Neuromodulation as a Treatment for Migraine

Umer Najib, MD, FAHS, shares who is a suitable candidate for non-invasive neuromodulation and explains how to gauge treatment success

Umer Najib, MD, FAHS, is an assistant professor in neurology at the Rockefeller Neuroscience Institute at West Virginia University and program director for the Headache Medicine Fellowship. He recently spoke on neuromodulation as a potential treatment for patients with migraine. Watch the full interview from the 2018 Scottsdale Headache Symposium here:

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Neuromodulation is the modulation or manipulation of the central pain system via invasive or non-invasive electrical pulses or magnetic pulses. Najib highlighted three types of FDA-approved non-invasive neuromodulation: the external trigeminal nerve stimulation, which stimulates trigeminal nerve branches via application to the forehead for the prevention of migraine; transcranial magnetic stimulation, which provides noninvasive, acute and preventive treatment via stimulation through the back of the skull; and vagus nerve stimulation, which occurs on the neck for the treatment of acute episodes.

“For clinicians treating patients with migraine or other headache disorders, neuromodulation is considered when the patients are either refractory to first-line treatments or if the patients are unable to tolerate first-line treatments,” Najib said. “And that’s a good point for the treating physician to think about non-pharmacological options.”

Najib said that for a patient, success with neuromodulation devices is viewed as a successfully aborted migraine episode, as well as a decrease in the number of headache days or episodes. Najib added that improvements in quality of life is also considered the treatment’s success.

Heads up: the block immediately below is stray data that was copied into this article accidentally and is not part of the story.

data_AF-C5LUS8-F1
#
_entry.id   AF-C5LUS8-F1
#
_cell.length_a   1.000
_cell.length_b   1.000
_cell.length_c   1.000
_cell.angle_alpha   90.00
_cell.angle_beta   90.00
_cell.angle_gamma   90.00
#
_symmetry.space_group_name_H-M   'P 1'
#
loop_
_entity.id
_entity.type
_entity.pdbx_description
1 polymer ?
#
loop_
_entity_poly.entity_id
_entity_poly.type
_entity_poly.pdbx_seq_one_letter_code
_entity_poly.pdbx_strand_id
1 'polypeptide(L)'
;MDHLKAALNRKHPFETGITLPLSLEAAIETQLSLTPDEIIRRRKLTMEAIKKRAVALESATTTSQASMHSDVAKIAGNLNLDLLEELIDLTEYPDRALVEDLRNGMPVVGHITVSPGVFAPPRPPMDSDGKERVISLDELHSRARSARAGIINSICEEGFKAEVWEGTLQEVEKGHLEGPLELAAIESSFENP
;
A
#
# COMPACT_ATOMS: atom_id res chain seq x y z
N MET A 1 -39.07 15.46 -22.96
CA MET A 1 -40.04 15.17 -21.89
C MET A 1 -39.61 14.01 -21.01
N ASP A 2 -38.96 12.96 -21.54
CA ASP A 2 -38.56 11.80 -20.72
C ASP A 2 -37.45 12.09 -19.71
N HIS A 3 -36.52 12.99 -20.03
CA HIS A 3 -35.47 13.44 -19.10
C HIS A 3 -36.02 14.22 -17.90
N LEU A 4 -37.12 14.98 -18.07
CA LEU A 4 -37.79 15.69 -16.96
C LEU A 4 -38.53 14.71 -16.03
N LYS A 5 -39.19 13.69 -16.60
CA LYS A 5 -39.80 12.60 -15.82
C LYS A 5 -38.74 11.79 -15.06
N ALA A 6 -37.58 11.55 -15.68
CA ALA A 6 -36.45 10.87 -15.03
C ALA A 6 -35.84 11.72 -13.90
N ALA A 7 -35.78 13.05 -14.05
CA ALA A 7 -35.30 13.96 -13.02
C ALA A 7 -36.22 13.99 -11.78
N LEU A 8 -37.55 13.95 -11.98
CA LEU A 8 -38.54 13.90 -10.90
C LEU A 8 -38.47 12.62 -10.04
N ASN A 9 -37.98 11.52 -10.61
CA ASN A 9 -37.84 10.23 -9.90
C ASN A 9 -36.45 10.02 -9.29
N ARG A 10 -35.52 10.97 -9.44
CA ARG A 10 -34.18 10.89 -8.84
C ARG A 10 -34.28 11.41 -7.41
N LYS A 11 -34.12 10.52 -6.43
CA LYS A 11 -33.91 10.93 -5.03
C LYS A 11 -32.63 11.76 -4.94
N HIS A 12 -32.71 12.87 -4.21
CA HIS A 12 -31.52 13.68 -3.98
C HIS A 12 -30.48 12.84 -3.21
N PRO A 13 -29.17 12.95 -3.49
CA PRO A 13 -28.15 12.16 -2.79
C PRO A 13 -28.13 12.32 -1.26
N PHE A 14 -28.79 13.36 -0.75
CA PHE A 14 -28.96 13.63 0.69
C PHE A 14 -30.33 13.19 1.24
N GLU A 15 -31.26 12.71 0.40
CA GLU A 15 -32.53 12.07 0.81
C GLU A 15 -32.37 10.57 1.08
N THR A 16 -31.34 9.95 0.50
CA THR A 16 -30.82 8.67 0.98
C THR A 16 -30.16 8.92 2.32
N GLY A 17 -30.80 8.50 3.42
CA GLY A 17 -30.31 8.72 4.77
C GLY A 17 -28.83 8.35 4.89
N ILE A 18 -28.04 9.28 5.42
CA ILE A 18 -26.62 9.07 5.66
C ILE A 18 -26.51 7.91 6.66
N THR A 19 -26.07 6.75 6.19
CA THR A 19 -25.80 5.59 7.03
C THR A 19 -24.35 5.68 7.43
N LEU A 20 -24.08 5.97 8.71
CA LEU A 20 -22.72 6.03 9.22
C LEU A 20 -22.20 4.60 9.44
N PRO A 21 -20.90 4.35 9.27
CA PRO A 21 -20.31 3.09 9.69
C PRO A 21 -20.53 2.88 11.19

Najib noted that the timeline for results also depends on why neuromodulation is being used for treatment.

“If the device is being used for the abortive treatment or for the acute treatment of headache episode, we typically see a positive response after a few times that the patient has used [neuromodulation],” Najib said. If the patient has used the device five to 10 times to treat an acute episode and it’s not successful, then it’s perhaps time to move on and find another means of treatment.”

Najib said that if the device is being used for the preventive treatment of migraine, success is generally observed anywhere between a few weeks to a couple of months after the start of therapy. He noted that these devices are generally safe, but advised against their use among post-surgical patients or patients with metal implants in the face, head, or neck.

“The field of neuromodulation is fast-shifting,” Najib said. “There are new devices that are being approved almost every year now. So, it’s good to keep up with the options; it’s good to know the indications of these devices and how to use them.”

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